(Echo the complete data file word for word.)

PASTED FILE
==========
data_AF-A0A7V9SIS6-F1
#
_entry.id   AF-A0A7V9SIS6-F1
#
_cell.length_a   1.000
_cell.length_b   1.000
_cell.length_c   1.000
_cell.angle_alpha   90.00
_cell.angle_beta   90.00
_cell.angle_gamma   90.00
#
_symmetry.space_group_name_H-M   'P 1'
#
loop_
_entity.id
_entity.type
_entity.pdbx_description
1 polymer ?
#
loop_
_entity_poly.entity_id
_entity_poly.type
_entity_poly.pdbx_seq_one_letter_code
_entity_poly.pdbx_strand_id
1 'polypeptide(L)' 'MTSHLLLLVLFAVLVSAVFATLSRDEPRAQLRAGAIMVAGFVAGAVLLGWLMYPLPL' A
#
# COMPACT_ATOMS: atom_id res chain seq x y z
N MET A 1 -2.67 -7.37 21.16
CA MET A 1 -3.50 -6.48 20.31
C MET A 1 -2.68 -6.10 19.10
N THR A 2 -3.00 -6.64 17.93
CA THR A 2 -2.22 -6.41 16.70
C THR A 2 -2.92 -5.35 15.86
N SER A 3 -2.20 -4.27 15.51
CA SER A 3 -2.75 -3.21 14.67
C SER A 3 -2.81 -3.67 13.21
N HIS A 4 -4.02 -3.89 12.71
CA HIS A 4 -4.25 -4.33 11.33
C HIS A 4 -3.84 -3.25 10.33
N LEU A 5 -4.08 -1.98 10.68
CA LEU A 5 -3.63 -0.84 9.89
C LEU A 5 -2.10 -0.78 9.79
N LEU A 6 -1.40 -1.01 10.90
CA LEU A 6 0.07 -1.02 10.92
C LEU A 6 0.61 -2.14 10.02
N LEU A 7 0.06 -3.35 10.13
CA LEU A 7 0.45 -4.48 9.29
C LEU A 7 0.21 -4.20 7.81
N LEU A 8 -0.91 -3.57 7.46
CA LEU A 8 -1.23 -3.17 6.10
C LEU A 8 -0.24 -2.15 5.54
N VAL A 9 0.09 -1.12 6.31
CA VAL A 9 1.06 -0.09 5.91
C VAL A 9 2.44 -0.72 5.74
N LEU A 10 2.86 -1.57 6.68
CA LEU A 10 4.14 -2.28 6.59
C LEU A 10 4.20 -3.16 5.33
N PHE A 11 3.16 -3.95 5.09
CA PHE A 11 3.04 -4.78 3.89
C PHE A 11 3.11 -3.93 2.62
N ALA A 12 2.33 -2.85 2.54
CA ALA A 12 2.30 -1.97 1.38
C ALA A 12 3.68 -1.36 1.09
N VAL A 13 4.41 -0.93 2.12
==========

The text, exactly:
data_AF-A0A7V9SIS6-F1
#
_entry.id   AF-A0A7V9SIS6-F1
#
_cell.length_a   1.000
_cell.length_b   1.000
_cell.length_c   1.000
_cell.angle_alpha   90.00
_cell.angle_beta   90.00
_cell.angle_gamma   90.00
#
_symmetry.space_group_name_H-M   'P 1'
#
loop_
_entity.id
_entity.type
_entity.pdbx_description
1 polymer ?
#
loop_
_entity_poly.entity_id
_entity_poly.type
_entity_poly.pdbx_seq_one_letter_code
_entity_poly.pdbx_strand_id
1 'polypeptide(L)' 'MTSHLLLLVLFAVLVSAVFATLSRDEPRAQLRAGAIMVAGFVAGAVLLGWLMYPLPL' A
#
# COMPACT_ATOMS: atom_id res chain seq x y z
N MET A 1 -2.67 -7.37 21.16
CA MET A 1 -3.50 -6.48 20.31
C MET A 1 -2.68 -6.10 19.10
N THR A 2 -3.00 -6.64 17.93
CA THR A 2 -2.22 -6.41 16.70
C THR A 2 -2.92 -5.35 15.86
N SER A 3 -2.20 -4.27 15.51
CA SER A 3 -2.75 -3.21 14.67
C SER A 3 -2.81 -3.67 13.21
N HIS A 4 -4.02 -3.89 12.71
CA HIS A 4 -4.25 -4.33 11.33
C HIS A 4 -3.84 -3.25 10.33
N LEU A 5 -4.08 -1.98 10.68
CA LEU A 5 -3.63 -0.84 9.89
C LEU A 5 -2.10 -0.78 9.79
N LEU A 6 -1.40 -1.01 10.90
CA LEU A 6 0.07 -1.02 10.92
C LEU A 6 0.61 -2.14 10.02
N LEU A 7 0.06 -3.35 10.13
CA LEU A 7 0.45 -4.48 9.29
C LEU A 7 0.21 -4.20 7.81
N LEU A 8 -0.91 -3.57 7.46
CA LEU A 8 -1.23 -3.17 6.10
C LEU A 8 -0.24 -2.15 5.54
N VAL A 9 0.09 -1.12 6.31
CA VAL A 9 1.06 -0.09 5.91
C VAL A 9 2.44 -0.72 5.74
N LEU A 10 2.86 -1.57 6.68
CA LEU A 10 4.14 -2.28 6.59
C LEU A 10 4.20 -3.16 5.33
N PHE A 11 3.16 -3.95 5.09
CA PHE A 11 3.04 -4.78 3.89
C PHE A 11 3.11 -3.93 2.62
N ALA A 12 2.33 -2.85 2.54
CA ALA A 12 2.30 -1.97 1.38
C ALA A 12 3.68 -1.36 1.09
N VAL A 13 4.41 -0.93 2.12